I'd like to have a tool (software or website) that helps me in doing literature surveys. Here's how I pictured that tool in my mind. Let's suppose that I've found myself a few relevant papers. As soon as I feed such references to the tool, it starts suggesting me other papers I might be interested to. Suggested references could be paper that are cited by several papers that are already in my bibliography, or papers which cite several entries I provided. If I find something interesting, I could "swipe right" (if you get my Tinder analogy) and that paper is added to my bibliography. The more paper I have in the bibliography, the more fitting the suggestions of the tool become. Of course such a tool should rely on an existing database (Scopus, google scholar, etc.) Do you know anything like that?
As well as Mendeley, for Biology and Medicine people there is also PubChase, which does exactly what you say you are looking for. How well it works I couldn't say. It always has interesting suggests for me, but I wouldn't rely on it to be comprehensive.
Ok, in Science Direct, I see 'other papers that might interest you'.
Also if you're reading a really good paper look for the papers they cite and the other papers that have cited that paper.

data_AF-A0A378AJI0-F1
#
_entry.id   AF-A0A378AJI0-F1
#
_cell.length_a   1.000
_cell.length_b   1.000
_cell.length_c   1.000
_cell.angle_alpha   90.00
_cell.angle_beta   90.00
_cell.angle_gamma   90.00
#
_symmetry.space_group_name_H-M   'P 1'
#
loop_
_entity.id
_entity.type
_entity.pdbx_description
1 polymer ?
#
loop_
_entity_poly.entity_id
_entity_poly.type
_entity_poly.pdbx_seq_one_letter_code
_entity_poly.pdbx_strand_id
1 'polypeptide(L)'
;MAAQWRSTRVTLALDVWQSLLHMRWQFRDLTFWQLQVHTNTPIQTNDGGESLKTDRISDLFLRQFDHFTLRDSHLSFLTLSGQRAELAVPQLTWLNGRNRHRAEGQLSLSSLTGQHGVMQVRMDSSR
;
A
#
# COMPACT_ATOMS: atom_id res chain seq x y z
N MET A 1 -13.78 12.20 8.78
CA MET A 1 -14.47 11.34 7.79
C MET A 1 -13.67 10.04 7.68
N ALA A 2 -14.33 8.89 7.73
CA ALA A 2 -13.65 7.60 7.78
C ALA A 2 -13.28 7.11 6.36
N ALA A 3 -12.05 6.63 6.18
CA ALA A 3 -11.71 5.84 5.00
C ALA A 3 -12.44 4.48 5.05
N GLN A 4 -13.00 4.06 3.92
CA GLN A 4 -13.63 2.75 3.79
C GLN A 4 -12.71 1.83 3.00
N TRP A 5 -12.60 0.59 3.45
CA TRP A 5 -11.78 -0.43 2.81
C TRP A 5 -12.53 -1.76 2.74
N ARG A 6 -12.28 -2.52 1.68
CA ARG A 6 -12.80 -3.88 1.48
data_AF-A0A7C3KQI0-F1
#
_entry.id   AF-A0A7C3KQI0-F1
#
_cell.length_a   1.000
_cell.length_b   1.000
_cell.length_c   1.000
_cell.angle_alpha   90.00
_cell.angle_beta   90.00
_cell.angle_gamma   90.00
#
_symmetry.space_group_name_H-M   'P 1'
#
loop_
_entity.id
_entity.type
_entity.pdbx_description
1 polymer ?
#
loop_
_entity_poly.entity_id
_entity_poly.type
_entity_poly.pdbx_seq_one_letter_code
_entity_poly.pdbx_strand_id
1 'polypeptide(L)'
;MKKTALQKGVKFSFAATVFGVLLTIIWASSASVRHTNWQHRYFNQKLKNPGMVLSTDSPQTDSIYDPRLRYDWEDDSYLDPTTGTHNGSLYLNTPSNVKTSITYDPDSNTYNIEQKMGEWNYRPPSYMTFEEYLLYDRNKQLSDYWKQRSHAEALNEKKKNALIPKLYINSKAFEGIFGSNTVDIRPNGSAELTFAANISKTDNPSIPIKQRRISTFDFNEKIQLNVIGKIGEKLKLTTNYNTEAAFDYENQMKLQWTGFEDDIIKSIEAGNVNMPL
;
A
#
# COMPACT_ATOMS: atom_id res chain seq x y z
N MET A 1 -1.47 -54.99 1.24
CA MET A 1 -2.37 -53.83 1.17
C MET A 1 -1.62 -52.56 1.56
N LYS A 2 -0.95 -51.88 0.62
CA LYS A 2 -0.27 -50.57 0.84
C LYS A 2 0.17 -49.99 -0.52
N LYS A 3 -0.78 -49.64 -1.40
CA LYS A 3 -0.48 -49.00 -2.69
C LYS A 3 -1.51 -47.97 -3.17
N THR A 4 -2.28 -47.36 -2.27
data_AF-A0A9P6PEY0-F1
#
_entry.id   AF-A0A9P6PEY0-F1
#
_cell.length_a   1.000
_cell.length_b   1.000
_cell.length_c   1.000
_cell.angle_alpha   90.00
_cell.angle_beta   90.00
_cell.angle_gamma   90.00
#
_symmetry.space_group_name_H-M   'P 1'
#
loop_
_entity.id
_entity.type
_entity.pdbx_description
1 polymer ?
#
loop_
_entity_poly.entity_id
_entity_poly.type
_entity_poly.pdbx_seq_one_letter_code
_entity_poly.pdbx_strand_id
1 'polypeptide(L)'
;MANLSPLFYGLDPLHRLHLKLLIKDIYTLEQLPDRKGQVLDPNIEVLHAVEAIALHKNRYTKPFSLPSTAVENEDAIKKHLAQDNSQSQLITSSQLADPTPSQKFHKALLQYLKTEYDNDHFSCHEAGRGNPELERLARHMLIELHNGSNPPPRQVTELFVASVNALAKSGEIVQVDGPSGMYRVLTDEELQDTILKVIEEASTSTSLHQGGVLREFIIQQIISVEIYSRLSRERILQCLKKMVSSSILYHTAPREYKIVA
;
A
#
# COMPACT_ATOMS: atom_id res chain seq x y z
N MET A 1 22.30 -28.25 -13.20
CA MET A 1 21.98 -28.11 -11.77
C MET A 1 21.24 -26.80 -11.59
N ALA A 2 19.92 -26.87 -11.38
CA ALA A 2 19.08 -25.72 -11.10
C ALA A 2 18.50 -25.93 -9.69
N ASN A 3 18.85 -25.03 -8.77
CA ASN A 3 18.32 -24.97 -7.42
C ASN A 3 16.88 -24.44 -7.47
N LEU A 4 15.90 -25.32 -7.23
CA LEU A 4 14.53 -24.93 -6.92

I find this is incredibly useful when doing a literature survey.
Best of luck with it!
Although I don't use it myself actively, what you describe seems to be included in the social network aspects of Mendeley. Mendeley is primarily a fantastic reference management software (very similar in functionality to Zotero, which is what I personally use), but it additionally has a rich social component which seems to include recommendations of similar articles. So, it seems to both included the recommendation agent and reference storage features that you are looking for.
Another tool that partially has such features is ResearchGate (see the "Similar research" section when you scroll down below any article you look at). It has quite a rich recommendation agent, but not quite as rich reference storage features.